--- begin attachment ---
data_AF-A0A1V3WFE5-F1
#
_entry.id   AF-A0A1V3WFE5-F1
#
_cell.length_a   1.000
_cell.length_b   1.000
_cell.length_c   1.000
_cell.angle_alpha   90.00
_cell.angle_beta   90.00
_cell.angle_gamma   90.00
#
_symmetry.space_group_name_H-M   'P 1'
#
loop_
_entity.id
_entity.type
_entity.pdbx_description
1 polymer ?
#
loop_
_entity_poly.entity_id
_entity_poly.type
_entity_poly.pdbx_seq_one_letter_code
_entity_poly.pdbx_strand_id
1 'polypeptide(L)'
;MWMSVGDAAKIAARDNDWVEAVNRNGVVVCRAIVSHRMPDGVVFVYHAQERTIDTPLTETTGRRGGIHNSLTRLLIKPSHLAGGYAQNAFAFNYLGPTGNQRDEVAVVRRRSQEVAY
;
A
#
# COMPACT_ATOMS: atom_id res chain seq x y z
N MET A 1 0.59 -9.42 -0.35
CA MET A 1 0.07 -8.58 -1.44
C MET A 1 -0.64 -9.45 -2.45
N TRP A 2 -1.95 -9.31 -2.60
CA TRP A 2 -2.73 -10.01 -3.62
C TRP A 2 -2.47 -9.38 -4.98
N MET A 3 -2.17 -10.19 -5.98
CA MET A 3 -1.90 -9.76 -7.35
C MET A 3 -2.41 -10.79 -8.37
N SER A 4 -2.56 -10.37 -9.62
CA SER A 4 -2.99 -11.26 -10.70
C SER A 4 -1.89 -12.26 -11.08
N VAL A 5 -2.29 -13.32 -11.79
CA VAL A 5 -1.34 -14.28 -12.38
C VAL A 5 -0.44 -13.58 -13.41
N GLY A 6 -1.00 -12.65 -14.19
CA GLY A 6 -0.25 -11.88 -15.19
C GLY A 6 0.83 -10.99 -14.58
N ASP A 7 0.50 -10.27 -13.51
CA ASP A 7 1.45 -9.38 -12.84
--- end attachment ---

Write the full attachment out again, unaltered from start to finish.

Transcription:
data_AF-A0A1V3WFE5-F1
#
_entry.id   AF-A0A1V3WFE5-F1
#
_cell.length_a   1.000
_cell.length_b   1.000
_cell.length_c   1.000
_cell.angle_alpha   90.00
_cell.angle_beta   90.00
_cell.angle_gamma   90.00
#
_symmetry.space_group_name_H-M   'P 1'
#
loop_
_entity.id
_entity.type
_entity.pdbx_description
1 polymer ?
#
loop_
_entity_poly.entity_id
_entity_poly.type
_entity_poly.pdbx_seq_one_letter_code
_entity_poly.pdbx_strand_id
1 'polypeptide(L)'
;MWMSVGDAAKIAARDNDWVEAVNRNGVVVCRAIVSHRMPDGVVFVYHAQERTIDTPLTETTGRRGGIHNSLTRLLIKPSHLAGGYAQNAFAFNYLGPTGNQRDEVAVVRRRSQEVAY
;
A
#
# COMPACT_ATOMS: atom_id res chain seq x y z
N MET A 1 0.59 -9.42 -0.35
CA MET A 1 0.07 -8.58 -1.44
C MET A 1 -0.64 -9.45 -2.45
N TRP A 2 -1.95 -9.31 -2.60
CA TRP A 2 -2.73 -10.01 -3.62
C TRP A 2 -2.47 -9.38 -4.98
N MET A 3 -2.17 -10.19 -5.98
CA MET A 3 -1.90 -9.76 -7.35
C MET A 3 -2.41 -10.79 -8.37
N SER A 4 -2.56 -10.37 -9.62
CA SER A 4 -2.99 -11.26 -10.70
C SER A 4 -1.89 -12.26 -11.08
N VAL A 5 -2.29 -13.32 -11.79
CA VAL A 5 -1.34 -14.28 -12.38
C VAL A 5 -0.44 -13.58 -13.41
N GLY A 6 -1.00 -12.65 -14.19
CA GLY A 6 -0.25 -11.88 -15.19
C GLY A 6 0.83 -10.99 -14.58
N ASP A 7 0.50 -10.27 -13.51
CA ASP A 7 1.45 -9.38 -12.84